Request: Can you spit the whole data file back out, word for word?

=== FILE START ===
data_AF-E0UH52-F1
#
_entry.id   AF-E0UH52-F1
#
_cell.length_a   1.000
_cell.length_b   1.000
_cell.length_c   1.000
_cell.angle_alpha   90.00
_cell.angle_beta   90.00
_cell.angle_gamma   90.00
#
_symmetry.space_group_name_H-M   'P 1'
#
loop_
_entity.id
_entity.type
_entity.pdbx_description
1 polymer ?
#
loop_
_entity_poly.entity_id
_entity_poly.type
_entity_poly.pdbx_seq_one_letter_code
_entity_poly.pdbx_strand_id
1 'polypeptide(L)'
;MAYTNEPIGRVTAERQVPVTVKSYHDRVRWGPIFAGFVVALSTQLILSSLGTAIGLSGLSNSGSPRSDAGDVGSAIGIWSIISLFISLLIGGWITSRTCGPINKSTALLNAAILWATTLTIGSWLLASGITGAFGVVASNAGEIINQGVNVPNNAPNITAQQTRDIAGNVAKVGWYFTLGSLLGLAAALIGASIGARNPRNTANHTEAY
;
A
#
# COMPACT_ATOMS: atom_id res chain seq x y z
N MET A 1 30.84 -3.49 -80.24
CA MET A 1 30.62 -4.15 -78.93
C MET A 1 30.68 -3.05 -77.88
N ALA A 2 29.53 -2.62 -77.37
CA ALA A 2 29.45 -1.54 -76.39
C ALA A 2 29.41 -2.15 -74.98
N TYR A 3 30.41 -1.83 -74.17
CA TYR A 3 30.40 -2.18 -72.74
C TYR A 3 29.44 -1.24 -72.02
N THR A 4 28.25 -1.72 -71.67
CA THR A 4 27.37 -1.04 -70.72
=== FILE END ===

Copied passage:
data_AF-E0UH52-F1
#
_entry.id   AF-E0UH52-F1
#
_cell.length_a   1.000
_cell.length_b   1.000
_cell.length_c   1.000
_cell.angle_alpha   90.00
_cell.angle_beta   90.00
_cell.angle_gamma   90.00
#
_symmetry.space_group_name_H-M   'P 1'
#
loop_
_entity.id
_entity.type
_entity.pdbx_description
1 polymer ?
#
loop_
_entity_poly.entity_id
_entity_poly.type
_entity_poly.pdbx_seq_one_letter_code
_entity_poly.pdbx_strand_id
1 'polypeptide(L)'
;MAYTNEPIGRVTAERQVPVTVKSYHDRVRWGPIFAGFVVALSTQLILSSLGTAIGLSGLSNSGSPRSDAGDVGSAIGIWSIISLFISLLIGGWITSRTCGPINKSTALLNAAILWATTLTIGSWLLASGITGAFGVVASNAGEIINQGVNVPNNAPNITAQQTRDIAGNVAKVGWYFTLGSLLGLAAALIGASIGARNPRNTANHTEAY
;
A
#
# COMPACT_ATOMS: atom_id res chain seq x y z
N MET A 1 30.84 -3.49 -80.24
CA MET A 1 30.62 -4.15 -78.93
C MET A 1 30.68 -3.05 -77.88
N ALA A 2 29.53 -2.62 -77.37
CA ALA A 2 29.45 -1.54 -76.39
C ALA A 2 29.41 -2.15 -74.98
N TYR A 3 30.41 -1.83 -74.17
CA TYR A 3 30.40 -2.18 -72.74
C TYR A 3 29.44 -1.24 -72.02
N THR A 4 28.25 -1.72 -71.67
CA THR A 4 27.37 -1.04 -70.72